Fast-forwarding to today and it appears that the average farm in the US consumes gasoline at 82 litres per hectare. It would seem strange not to ask the question; why aren’t we cultivating the constituent crops of biodiesel? The attractive energy yield of biodiesel emits up to 78% less carbon dioxide whilst reducing carcinogenic hydrocarbon emissions by up to 75%. We really should be asking the question, ‘why aren’t we beginning to cultivate crops for worldwide biodiesel production?’

            Biodiesel can be locally produced. This eliminates our dependency on oil mainly derived from politically unstable areas, such as the Middle East. With ever-increasing oil prices, biodiesel is currently a highly feasible option. It has the potential to increase the value of the agricultural products from which it is derived. This improves the income of the rural sector and raises its standard of living. The demand for biodiesel will have farmers not only planting crops that have the option of being converted into biodiesel, but these crops can also be sold for their original purpose, for human and animal nutrition. These crops can also be planted together with other crops. How brilliant is this? No food shortages, whilst sustaining biodiesel production.  

            As Karl Diesel put it, ‘‘The use of plant oils as fuel may seem insignificant today. But these oils may, over time, become as important as petroleum or coals are now.’’ It seems his words are promptly becoming a reality. Change is a process that I know will take its time, but there’s no point of denial. The evidence is in front of you, and there’s no two ways about it. Biodiesel would not only fuel your car and your local factories, your plane rides and your boat trips. The main by-product of biodiesel is in fact glycerine, in which you and I happily use every time we clean ourselves, with soaps or use of cosmetics. Yes that’s correct. Even biodiesel’s by-products have a functional purpose. Glycerine can be sold to be used in various industrial processes. Biodiesel offers a safe alternative to handling and transporting, as its biodegradable. It’s reached a point were burning fossil fuels have created so much pollution in the air, that if it weren’t for our lungs there’d be no place to put it all.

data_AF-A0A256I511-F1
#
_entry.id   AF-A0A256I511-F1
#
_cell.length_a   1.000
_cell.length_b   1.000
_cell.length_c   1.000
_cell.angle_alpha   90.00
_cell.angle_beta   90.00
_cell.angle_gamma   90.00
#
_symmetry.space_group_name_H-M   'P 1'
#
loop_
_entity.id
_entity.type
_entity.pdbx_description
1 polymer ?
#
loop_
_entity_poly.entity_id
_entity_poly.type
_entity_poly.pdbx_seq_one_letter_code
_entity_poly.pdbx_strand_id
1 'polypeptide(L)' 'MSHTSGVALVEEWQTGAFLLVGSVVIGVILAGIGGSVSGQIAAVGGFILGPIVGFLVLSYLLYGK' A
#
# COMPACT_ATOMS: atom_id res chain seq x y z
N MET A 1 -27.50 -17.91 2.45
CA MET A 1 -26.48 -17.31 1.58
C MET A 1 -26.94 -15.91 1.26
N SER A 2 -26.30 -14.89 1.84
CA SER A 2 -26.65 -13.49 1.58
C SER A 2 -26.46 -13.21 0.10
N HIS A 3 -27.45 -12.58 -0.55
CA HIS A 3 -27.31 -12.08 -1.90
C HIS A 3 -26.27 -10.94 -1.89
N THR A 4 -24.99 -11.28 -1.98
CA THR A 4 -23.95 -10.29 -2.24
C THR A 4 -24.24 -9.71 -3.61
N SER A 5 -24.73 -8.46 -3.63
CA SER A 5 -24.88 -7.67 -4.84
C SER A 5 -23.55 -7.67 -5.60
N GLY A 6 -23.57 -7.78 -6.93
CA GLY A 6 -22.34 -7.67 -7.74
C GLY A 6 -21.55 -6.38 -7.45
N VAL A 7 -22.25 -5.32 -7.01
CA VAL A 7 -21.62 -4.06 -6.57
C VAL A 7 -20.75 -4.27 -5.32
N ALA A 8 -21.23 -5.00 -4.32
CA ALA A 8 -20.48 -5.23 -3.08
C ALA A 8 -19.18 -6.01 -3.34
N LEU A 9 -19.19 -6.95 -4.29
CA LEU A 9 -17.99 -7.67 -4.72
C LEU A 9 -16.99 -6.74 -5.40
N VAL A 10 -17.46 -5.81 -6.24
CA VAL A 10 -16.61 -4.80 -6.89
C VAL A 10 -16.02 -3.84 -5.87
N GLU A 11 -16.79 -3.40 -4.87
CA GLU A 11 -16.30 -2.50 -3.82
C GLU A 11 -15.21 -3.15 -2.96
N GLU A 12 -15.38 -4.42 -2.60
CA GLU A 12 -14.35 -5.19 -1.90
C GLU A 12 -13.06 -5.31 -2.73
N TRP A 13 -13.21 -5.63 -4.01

The environmental and human costs of fossil fuel’s by-products cause health problems for humans and devastation for nature. Nitrogen oxides, for instance, irritate the lungs. So before you ‘huff and puff’ at the thought of such effort needed to make a difference in the world, just think about this; ‘‘everyone thinks of changing the world, but no one thinks of changing them self’’.

            How about aiming your curiosity a little further in life? Spark the desire to live in an environmentally friendly sustainable civilisation. After all, who really wants to be inside a box all their life that endeavours to bring all the plagues and sorrows known to humanity? ‘‘One person can make a difference and every person should try.’’


                                                                                                Krystal Baron